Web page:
Anorectal Abscess Surgical Emergency Unit Information for Patients Oxford University Hospitals

Oxford University Hospitals
NHS Trust
Surgical Emergency Unit
Anorectal Abscess
Information for Patients
What is an anorectal abscess?
An anorectal abscess is a collection of pus that builds up in the
rectum and anus. The rectum is the area of the large intestine
where stools (faeces) are stored and the anus is the opening
through which they are passed.
Anorectal abscesses can be caused by:
• A blocked gland.
•An infection of an anal fissure (a tear or ulcer in the lining of
the anal canal).
•A sexually transmitted infection (STI).
People who are most susceptible to getting abscesses are:
• People with inflammatory bowel disease.
• People with diabetes.
• People with a weakened immune system.
With prompt treatment, people with this condition usually
recover very well.
Complications tend to occur when treatment is delayed.
Signs and symptoms
• Painful, hardened tissue around the anus.
• Discharge of pus from the rectum.
• A lump or nodule at the edge of the anus.
• Tenderness at the edge of the anus.
• Fever.
• Constipation.
• Pain associated with bowel movements.
•Pain is usually constant, throbbing and worse when sitting
• Fatigue.
•Surgery to drain the abscess which may be done under local or
general anaesthetic depending upon the extent and location
of the abscess. The wound is left open (there are no stitches)
and the wound is packed with a dressing. This is the best
way to heal the wound whilst reducing the risk of the abscess
• Medication for pain relief.
•Antibiotics are usually not necessary unless you are diabetic or
have problems fighting infection.
•Stool softeners to ensure that you do not get constipated.
Below is advice to help you recover as quickly as possible.
You may experience a sore throat following surgery if you had a
general anaesthetic, this should resolve in a few days.
Pain killers will be given to you whilst on the ward and you will
be given some to take home. Your nurse or pharmacist will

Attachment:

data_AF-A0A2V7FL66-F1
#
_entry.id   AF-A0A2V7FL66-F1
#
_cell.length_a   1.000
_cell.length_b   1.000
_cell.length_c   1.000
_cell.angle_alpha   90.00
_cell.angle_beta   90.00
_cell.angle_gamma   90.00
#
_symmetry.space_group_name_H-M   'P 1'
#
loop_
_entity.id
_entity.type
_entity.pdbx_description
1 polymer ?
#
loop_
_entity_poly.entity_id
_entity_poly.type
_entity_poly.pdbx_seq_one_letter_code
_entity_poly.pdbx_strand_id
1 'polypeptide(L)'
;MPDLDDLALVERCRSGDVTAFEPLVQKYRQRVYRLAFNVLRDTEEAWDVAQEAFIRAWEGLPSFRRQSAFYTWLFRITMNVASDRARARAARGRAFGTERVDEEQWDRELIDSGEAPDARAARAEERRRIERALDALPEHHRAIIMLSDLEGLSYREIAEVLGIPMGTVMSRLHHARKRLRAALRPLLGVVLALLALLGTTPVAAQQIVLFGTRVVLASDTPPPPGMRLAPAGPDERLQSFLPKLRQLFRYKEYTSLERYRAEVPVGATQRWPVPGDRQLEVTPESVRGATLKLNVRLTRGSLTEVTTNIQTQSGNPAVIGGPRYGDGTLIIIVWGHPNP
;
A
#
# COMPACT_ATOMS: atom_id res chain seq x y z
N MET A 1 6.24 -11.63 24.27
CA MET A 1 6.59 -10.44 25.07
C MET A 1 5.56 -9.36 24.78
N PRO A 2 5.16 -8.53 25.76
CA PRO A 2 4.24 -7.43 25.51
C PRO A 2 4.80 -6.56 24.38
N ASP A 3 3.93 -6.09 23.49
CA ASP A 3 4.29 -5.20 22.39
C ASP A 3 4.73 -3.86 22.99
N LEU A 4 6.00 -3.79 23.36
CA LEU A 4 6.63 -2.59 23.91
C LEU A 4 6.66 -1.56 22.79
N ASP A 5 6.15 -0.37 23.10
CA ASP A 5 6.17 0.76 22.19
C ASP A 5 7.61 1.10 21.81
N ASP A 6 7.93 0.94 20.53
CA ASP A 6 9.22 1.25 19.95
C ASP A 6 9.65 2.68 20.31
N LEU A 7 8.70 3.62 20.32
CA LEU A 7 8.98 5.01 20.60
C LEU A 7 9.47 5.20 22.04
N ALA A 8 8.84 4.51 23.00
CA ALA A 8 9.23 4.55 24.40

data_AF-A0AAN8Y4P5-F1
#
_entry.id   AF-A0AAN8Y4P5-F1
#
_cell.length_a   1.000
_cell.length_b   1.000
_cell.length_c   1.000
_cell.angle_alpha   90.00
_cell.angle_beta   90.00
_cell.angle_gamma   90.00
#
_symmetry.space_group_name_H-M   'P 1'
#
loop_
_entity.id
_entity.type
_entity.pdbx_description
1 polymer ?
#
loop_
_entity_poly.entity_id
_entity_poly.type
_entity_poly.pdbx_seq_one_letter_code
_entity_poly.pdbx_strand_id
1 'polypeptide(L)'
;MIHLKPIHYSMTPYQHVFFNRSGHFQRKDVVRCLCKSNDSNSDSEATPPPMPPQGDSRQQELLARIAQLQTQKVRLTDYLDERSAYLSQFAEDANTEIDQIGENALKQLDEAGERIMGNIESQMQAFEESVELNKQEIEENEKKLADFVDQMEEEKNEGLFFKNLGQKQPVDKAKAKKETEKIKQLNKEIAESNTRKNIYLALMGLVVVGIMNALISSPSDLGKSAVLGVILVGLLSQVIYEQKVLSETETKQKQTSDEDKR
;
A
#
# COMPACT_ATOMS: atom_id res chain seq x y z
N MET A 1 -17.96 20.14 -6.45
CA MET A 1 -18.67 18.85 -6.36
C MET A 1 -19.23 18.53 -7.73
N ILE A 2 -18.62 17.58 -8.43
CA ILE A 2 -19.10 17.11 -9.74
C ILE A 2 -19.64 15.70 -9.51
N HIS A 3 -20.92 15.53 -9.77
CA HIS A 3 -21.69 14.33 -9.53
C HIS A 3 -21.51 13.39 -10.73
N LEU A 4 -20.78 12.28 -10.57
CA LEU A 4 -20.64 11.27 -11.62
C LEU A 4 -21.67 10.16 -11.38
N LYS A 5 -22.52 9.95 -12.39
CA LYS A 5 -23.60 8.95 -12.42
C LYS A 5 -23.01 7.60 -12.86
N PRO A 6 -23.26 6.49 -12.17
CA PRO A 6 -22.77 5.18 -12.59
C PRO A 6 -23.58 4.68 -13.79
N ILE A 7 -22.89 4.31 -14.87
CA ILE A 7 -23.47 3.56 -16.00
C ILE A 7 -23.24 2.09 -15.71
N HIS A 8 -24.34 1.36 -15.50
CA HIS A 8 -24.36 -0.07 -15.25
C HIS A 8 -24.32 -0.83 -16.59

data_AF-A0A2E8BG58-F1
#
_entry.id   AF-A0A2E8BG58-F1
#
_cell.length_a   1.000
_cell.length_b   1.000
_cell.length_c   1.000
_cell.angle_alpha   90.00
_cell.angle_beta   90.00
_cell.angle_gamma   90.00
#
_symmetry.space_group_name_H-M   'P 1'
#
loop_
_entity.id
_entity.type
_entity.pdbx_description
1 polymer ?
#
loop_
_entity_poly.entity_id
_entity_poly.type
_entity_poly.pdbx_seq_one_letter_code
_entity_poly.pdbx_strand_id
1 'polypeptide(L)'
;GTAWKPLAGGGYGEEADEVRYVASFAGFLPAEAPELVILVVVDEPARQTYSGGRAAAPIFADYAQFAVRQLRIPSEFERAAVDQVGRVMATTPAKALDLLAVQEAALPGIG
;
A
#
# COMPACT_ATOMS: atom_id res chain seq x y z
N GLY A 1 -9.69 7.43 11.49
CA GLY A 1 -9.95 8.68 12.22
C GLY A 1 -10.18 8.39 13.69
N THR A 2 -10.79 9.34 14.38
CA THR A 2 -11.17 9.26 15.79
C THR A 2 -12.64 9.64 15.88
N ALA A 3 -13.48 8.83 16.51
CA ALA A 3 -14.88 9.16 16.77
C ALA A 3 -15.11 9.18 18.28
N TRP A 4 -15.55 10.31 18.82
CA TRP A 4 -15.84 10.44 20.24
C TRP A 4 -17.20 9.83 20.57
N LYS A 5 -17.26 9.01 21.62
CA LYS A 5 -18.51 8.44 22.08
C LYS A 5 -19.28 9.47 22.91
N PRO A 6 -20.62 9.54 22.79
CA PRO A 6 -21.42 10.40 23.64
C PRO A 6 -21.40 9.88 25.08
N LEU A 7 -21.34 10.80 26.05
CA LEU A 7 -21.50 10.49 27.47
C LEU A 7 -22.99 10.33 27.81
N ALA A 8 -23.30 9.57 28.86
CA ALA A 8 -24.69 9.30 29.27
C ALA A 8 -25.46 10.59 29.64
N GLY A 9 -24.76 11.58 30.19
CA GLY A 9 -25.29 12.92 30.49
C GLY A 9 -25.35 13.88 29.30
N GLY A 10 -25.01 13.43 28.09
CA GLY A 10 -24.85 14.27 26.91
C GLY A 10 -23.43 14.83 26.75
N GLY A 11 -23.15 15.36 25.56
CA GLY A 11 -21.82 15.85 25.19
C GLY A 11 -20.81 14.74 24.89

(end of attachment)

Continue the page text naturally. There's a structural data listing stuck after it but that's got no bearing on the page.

explain how and when to take them and there are instructions
on the box to remind you. The main side effects from painkillers
are drowsiness so you are advised not to drive or operate
machinery if affected. You may become constipated for which
you are advised to eat a high fibre diet and drink plenty of fluids;
avoiding drinks containing alcohol and caffeine.
If taking prescribed antibiotics you must continue to take them
until the course is finished even if you are feeling well. Avoid
alcohol whilst on antibiotics and take additional precautions if
you are taking the contraceptive pill as it may be less effective
whilst taking antibiotics.
Wear cotton underwear and loose fitting garments to avoid
sweating and friction. You will need to wear an absorbent pad
until the wound stops flowing to protect your clothes.
Do not rub the skin with soap or a rough flannel, just bathe the
area with plain water. You can take a bath or shower. Dab the
area dry.
If your wound has a dressing on when you go home you will
need to arrange to go to the practice nurse at your GP surgery
to have this changed. The nurse will discuss with you how
often you need to return for a dressing change. You are advised
to take painkillers about 20-30 minutes prior to having your
dressing done as it may be painful.
Do not use any creams or ointments on the wound unless
specifically prescribed by your doctor.
If the type of discharge on the pad changes from watery and
blood stained to thicker and yellow or if it becomes more painful,
speak to your GP or practice nurse.
It is important that you do not get constipated after this type of
surgery as this would be very painful. Take any medication you
are prescribed to soften your stool, eat a high fibre diet and drink
plenty of fluids to maintain regular bowel motions.
The amount of time you need off work depends upon the type
of work you do and the extent of your surgery.
If you have any further questions please ask your nurse or your
GP if you are back at home.
Surgical Emergency Unit
John Radcliffe Hospital
Headley Way
Phone: 01865221822
Fax: 01865857953
If you need an interpreter or need
a document in another language,
large print, Braille or audio version,
please call 01865 221473 or email
[email protected]
Surgical Emergency Unit
Version 1, September 2012
Review September 2015
OMI 4775P